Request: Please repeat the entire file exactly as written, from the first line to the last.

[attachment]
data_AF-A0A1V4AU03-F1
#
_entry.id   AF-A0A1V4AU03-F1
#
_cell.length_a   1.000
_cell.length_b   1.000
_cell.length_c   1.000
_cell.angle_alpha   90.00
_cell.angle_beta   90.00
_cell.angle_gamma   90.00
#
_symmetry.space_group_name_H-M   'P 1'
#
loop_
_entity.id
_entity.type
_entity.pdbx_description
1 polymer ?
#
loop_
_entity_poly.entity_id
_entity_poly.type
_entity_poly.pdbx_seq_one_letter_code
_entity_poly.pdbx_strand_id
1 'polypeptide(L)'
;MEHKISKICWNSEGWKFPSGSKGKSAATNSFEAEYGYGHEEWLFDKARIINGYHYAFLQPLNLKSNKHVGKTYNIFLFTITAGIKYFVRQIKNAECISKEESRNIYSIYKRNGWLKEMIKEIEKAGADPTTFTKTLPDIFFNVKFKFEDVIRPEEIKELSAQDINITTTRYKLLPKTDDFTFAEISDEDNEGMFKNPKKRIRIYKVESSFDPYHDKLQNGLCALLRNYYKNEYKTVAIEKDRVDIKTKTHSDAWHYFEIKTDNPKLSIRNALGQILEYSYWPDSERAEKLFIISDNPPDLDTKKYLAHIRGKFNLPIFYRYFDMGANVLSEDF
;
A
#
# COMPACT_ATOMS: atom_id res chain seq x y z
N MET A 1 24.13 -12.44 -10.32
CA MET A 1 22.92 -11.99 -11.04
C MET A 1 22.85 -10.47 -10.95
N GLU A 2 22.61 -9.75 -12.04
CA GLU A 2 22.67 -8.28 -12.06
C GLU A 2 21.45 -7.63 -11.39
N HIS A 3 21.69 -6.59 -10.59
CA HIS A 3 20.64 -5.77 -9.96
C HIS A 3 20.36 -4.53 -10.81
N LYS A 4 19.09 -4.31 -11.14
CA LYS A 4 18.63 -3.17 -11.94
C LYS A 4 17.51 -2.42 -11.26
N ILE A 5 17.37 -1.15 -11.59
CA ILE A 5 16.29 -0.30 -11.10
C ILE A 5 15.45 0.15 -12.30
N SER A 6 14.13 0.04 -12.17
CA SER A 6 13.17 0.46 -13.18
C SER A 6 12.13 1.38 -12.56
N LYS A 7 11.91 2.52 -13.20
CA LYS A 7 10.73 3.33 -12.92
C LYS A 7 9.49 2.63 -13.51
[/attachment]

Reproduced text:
data_AF-A0A1V4AU03-F1
#
_entry.id   AF-A0A1V4AU03-F1
#
_cell.length_a   1.000
_cell.length_b   1.000
_cell.length_c   1.000
_cell.angle_alpha   90.00
_cell.angle_beta   90.00
_cell.angle_gamma   90.00
#
_symmetry.space_group_name_H-M   'P 1'
#
loop_
_entity.id
_entity.type
_entity.pdbx_description
1 polymer ?
#
loop_
_entity_poly.entity_id
_entity_poly.type
_entity_poly.pdbx_seq_one_letter_code
_entity_poly.pdbx_strand_id
1 'polypeptide(L)'
;MEHKISKICWNSEGWKFPSGSKGKSAATNSFEAEYGYGHEEWLFDKARIINGYHYAFLQPLNLKSNKHVGKTYNIFLFTITAGIKYFVRQIKNAECISKEESRNIYSIYKRNGWLKEMIKEIEKAGADPTTFTKTLPDIFFNVKFKFEDVIRPEEIKELSAQDINITTTRYKLLPKTDDFTFAEISDEDNEGMFKNPKKRIRIYKVESSFDPYHDKLQNGLCALLRNYYKNEYKTVAIEKDRVDIKTKTHSDAWHYFEIKTDNPKLSIRNALGQILEYSYWPDSERAEKLFIISDNPPDLDTKKYLAHIRGKFNLPIFYRYFDMGANVLSEDF
;
A
#
# COMPACT_ATOMS: atom_id res chain seq x y z
N MET A 1 24.13 -12.44 -10.32
CA MET A 1 22.92 -11.99 -11.04
C MET A 1 22.85 -10.47 -10.95
N GLU A 2 22.61 -9.75 -12.04
CA GLU A 2 22.67 -8.28 -12.06
C GLU A 2 21.45 -7.63 -11.39
N HIS A 3 21.69 -6.59 -10.59
CA HIS A 3 20.64 -5.77 -9.96
C HIS A 3 20.36 -4.53 -10.81
N LYS A 4 19.09 -4.31 -11.14
CA LYS A 4 18.63 -3.17 -11.94
C LYS A 4 17.51 -2.42 -11.26
N ILE A 5 17.37 -1.15 -11.59
CA ILE A 5 16.29 -0.30 -11.10
C ILE A 5 15.45 0.15 -12.30
N SER A 6 14.13 0.04 -12.17
CA SER A 6 13.17 0.46 -13.18
C SER A 6 12.13 1.38 -12.56
N LYS A 7 11.91 2.52 -13.20
CA LYS A 7 10.73 3.33 -12.92
C LYS A 7 9.49 2.63 -13.51